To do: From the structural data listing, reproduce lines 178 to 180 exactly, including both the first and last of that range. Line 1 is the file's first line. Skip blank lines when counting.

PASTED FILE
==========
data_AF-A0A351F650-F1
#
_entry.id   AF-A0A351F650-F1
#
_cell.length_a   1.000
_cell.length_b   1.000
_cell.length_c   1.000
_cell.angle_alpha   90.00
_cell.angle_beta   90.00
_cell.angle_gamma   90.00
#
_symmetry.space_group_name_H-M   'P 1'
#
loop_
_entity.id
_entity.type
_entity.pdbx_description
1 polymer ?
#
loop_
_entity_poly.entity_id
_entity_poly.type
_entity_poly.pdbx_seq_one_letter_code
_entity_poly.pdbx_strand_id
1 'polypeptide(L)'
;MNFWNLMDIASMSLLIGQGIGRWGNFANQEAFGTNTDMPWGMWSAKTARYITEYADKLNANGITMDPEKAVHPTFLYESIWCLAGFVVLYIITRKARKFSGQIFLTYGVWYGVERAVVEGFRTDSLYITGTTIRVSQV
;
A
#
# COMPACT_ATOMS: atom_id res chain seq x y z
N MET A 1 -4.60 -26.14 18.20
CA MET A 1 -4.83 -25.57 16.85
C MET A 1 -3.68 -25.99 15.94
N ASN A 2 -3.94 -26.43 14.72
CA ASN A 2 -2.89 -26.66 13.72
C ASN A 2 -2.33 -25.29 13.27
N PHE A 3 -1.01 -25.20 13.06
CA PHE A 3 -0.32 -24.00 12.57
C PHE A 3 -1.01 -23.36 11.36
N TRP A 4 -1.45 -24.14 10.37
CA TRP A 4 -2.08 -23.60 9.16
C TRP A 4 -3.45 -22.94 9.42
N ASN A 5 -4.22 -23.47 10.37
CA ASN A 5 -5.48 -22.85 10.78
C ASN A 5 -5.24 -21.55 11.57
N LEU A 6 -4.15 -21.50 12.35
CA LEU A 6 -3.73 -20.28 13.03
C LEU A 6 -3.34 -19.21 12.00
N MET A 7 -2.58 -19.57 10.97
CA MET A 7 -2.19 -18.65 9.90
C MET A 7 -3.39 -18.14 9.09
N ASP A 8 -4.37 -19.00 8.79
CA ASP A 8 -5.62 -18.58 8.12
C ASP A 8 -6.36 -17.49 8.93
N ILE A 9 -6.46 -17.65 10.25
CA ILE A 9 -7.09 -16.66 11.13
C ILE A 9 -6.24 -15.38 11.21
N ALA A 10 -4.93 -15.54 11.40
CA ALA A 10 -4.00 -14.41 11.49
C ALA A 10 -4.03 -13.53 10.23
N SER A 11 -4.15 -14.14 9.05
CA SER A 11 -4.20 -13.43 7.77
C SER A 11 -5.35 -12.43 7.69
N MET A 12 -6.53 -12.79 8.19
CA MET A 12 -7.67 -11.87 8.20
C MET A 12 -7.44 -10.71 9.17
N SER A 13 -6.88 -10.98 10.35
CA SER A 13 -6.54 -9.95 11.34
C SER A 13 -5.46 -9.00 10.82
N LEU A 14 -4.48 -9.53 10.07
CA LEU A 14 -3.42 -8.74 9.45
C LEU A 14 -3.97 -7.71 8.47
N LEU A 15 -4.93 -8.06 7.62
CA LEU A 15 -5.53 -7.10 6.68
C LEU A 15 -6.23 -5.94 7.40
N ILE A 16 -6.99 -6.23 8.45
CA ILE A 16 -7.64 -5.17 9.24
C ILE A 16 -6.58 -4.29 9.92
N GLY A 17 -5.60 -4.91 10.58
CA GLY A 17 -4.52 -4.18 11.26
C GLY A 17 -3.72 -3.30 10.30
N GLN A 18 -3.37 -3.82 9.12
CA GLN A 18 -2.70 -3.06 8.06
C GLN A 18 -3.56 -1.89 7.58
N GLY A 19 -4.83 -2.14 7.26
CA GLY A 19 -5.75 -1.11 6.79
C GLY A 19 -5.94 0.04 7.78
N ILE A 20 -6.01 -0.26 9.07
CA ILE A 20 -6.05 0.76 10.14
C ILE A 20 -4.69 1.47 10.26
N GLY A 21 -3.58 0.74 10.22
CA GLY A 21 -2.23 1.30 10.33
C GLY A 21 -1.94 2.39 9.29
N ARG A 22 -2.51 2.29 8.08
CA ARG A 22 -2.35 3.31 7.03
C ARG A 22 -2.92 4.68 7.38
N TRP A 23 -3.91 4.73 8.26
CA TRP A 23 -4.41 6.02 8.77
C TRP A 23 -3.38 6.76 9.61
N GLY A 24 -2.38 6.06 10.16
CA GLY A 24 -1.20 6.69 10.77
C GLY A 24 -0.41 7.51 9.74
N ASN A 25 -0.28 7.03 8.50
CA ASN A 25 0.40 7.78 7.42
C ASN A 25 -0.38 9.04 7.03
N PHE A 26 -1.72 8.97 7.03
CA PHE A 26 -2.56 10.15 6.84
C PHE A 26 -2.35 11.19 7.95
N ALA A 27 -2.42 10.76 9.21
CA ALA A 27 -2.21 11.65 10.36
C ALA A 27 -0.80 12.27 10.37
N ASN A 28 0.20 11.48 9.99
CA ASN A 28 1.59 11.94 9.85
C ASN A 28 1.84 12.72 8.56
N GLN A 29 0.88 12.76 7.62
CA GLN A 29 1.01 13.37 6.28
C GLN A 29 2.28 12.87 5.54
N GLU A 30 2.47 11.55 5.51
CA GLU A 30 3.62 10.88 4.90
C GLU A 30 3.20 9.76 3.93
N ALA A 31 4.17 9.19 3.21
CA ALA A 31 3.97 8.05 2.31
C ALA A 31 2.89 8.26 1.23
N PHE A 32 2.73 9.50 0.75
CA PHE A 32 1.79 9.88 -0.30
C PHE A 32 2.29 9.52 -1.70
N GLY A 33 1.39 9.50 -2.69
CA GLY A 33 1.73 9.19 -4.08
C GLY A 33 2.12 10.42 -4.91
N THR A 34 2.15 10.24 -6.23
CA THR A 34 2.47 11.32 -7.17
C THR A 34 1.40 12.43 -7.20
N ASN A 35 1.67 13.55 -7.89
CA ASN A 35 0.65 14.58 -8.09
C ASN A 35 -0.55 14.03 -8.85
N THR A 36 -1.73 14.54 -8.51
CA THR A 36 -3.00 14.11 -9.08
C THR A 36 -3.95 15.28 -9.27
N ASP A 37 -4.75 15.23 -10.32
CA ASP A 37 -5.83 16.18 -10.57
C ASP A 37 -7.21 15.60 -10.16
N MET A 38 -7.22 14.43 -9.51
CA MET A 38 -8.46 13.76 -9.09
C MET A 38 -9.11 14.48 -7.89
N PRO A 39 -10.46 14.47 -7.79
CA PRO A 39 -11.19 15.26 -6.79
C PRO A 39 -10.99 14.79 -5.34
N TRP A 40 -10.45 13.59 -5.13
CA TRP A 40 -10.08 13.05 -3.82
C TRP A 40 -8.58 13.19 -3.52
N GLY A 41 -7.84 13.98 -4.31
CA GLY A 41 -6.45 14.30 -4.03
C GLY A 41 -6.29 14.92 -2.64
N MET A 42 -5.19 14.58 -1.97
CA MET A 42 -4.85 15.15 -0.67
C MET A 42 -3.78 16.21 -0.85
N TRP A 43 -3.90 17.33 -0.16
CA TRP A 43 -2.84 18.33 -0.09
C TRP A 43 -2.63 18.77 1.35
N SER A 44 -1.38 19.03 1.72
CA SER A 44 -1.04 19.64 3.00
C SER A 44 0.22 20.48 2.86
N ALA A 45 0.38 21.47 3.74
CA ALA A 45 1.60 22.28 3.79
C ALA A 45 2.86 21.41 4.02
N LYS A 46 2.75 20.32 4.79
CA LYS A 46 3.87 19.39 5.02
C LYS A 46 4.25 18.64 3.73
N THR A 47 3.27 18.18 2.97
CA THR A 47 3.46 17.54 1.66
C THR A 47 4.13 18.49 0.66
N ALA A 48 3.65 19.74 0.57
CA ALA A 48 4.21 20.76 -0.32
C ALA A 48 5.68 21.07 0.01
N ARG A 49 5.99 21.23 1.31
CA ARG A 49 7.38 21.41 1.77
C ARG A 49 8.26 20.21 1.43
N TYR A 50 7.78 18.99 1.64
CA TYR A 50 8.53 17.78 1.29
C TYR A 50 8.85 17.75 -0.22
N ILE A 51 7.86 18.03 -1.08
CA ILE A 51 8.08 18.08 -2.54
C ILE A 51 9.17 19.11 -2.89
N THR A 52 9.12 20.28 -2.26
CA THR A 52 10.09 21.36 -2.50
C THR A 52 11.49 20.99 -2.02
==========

N TYR A 50 7.78 18.99 1.64
CA TYR A 50 8.53 17.78 1.29
C TYR A 50 8.85 17.75 -0.22